The Sierra Nevada’s revolving door of low-pressure systems and atmospheric rivers can bring constant excitement in the winter months. The community waits in elated anticipation, hoping below-freezing temps deliver the perfect storm with cold, dry, light, and super fluffy powder dusting trees, roads, and rooftops, leaving not an inch to spare. Yet there is a subset of our friends and neighbors who dread times like these.

When severe weather beckons, it leaves those without housing in terrible danger. But just when they’re in need of a helping hand, the Truckee North Tahoe Emergency Warming Center is there to help. 

Now entering its sixth season of sheltering displaced persons, the center started as a simple conversation about how there really should be such a facility to help house folks on winter’s worst nights when it is physically unsafe for anyone to sleep outside. The discussion began during a community meeting of United for Action, a group of partnering community organizations gathering monthly to discuss supporting the community’s needs for basic necessities like food and shelter, at Truckee’s Church of the Mountains. Church member Cathie Foley was at that meeting and was inspired to support the cause.

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“In January 2014, an official count found there were 33 people sleeping outside on a really cold winter night,” Foley recalled. “Each year, there are people that pass away from this, with no shelters available. That group really decided we were going to tackle this … so we officially opened on Dec. 24, 2015. Our first season, we had 115 nights of shelter and served 24 people.”

When the opportunity presented itself, Foley says she thought about how she’d been blessed and supported through tough times in her own life as a single mom. She wanted to offer others that same type of support.

“A lot of these folks — some of them have lived here 15 years — really are a piece of the fabric of our community,” Foley said. “I’ve lived here a really long time … and I got to know a lot of our homeless neighbors. My role has always been to advocate for people.”

For the past five years, the organization has operated in a space at the downtown church, growing its offerings each year. Foley, her small staff, and volunteers open on nights that are 15 degrees or below, call for a foot or more of snow, or during other severe conditions like rain and wind. This year, the EWC has expanded again, officially adding the name “day center” to its title in March.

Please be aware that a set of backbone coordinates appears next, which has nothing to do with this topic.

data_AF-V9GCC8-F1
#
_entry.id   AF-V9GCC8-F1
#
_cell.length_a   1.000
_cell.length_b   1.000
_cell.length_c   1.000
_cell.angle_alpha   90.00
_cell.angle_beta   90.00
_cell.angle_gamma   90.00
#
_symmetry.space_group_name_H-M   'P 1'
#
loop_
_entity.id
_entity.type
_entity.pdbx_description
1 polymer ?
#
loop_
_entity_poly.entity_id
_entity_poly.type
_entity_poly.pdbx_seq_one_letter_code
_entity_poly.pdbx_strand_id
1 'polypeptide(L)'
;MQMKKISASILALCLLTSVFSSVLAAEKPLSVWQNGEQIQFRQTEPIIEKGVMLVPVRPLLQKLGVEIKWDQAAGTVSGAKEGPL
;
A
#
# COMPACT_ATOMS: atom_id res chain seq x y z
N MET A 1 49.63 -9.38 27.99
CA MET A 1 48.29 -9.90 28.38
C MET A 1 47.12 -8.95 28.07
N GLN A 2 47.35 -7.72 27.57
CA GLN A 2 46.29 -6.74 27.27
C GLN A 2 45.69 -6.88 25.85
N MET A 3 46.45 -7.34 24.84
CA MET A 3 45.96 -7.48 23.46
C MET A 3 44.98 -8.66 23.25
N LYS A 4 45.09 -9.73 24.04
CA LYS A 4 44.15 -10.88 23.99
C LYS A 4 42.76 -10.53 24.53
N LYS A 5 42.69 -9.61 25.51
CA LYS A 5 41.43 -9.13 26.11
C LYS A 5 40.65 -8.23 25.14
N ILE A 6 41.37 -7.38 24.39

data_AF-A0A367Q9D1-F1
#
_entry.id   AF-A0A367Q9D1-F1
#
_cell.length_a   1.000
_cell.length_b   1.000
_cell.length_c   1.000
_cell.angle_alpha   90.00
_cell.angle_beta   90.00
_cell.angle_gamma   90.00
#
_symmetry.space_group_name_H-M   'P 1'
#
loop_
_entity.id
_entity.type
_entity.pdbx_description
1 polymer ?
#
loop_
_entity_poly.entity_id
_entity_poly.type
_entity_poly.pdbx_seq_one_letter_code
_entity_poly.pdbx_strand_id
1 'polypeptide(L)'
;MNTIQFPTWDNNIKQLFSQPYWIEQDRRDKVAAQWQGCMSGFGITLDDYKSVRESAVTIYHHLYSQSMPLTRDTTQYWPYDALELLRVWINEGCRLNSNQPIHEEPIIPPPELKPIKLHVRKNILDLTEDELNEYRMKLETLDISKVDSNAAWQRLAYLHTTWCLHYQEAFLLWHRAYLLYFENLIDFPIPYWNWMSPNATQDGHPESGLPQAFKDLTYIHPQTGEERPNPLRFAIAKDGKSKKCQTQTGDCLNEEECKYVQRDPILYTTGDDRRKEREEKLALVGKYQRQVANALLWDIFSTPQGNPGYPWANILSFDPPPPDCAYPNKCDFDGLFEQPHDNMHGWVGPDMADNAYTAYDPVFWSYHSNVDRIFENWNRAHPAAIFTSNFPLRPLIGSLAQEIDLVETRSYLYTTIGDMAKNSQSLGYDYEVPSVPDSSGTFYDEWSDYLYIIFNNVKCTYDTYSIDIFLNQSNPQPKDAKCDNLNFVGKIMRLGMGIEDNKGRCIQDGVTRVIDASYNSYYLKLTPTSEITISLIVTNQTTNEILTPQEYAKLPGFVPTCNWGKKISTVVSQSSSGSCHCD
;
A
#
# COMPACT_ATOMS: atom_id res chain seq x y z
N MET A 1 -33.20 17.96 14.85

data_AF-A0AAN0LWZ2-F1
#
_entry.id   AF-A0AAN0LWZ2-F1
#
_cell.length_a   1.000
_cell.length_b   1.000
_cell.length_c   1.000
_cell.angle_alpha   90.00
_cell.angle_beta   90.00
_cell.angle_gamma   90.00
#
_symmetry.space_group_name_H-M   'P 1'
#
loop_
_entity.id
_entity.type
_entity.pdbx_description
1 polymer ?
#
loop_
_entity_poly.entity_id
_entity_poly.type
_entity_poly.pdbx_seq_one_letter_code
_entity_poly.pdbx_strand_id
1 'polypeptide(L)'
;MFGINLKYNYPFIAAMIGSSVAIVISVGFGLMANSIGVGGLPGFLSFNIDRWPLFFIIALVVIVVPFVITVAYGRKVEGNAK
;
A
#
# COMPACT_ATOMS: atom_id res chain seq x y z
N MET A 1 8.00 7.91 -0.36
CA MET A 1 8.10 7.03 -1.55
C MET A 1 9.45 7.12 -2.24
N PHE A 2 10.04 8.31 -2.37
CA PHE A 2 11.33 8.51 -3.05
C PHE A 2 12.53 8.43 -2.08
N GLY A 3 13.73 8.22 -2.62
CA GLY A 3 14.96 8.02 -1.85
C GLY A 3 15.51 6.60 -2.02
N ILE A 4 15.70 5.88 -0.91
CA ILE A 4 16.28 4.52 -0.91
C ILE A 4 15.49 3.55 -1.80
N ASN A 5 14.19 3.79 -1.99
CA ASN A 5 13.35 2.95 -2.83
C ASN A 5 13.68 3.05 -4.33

“Last year, instead of wrapping up [for the season], when COVID hit, we noticed that our neighbors had no place to go,” Foley explained. “So this year, we’ve opened up a day center.”

After just one month of being up and running, the center outgrew its Church Street space, so Foley, her staff, and guests bid adieu to their generous longtime hosts. Now temporarily located at the Truckee Veterans Memorial Building on High Street, they are searching for a permanent — and potentially even larger — facility. 

The warming center is open three scheduled days per week, plus on emergency nights with severe weather forecasted. Guests are invited to do laundry, shower, and enjoy a warm meal, as well as access social services through partnerships with other organizations. And for the first time, the EWC is also proud to sponsor a short-term transitional housing opportunity for six medically vulnerable community members to get back on their feet. 

Though the pandemic poses significant problems, this year’s COVID crisis has provided a silver lining: a chance to serve more people through day services, and to finally track numbers to hopefully secure bigger partners to help solve the greater problem — ending homelessness by housing those in need.

“The truth of it is … the only way to address homelessness is to provide people homes,” Foley said. “Until you have a few weeks of consistent sleep and food, you have a hard time putting your life back together. The whole piece of ‘housing first’ is really close to my heart [and] it’s doable. We don’t have thousands of people here like many communities do. It’s just going to take a lot of awareness, and a lot of people to believe that’s the right thing to do.”

The public is encouraged to get involved with EWC’s programs by staying aware of its needs through signing up for the email newsletter, which will keep subscribers up to date on current ways to support the center. Donations are also appreciated. For more information, contact truckeeewc@gmail.com or go to Truckee North Tahoe Emergency Warming Center on Facebook. 


Located at:
Truckee Veterans Memorial Building 10124 High St., Truckee
Day Center:
Open Tuesday/Thursday/Friday
10 a.m. to 2 p.m.
Emergency Center: Open for check-in 6 to 8 p.m. for returning guests, with dinner at 6:45. New guests can check in after 8 p.m.


The Truckee North Tahoe Emergency Warming Center welcomes all guests. It is the only facility of its kind in the Truckee/North Tahoe area and provides bathrooms, showers, laundry facilities, hot meals, lockers for guests’ belongings, access to social services, and overnight beds. Hotel rooms can be arranged for overflow nights. If you are or anyone you know is in need, please feel welcome to reach out for services truckeeewc@gmail.com.

 

Author

  • LE‘A GLEASON, a recent transplant from the Big Island of Hawai‘i, has happily transitioned from teaching yoga in the rainforest to driving powerboats, biking with bears, and learning how to fall gracefully on skis. She is passionate about writing and editing, as a means to share and connect with people, and thankful to be on the Moonshine team.

    Connect with Le'a

    Visit:
    M-Tu, Th-Fr 9:30am - 6pm
    10317 Riverside Dr
    Truckee, CA 96161

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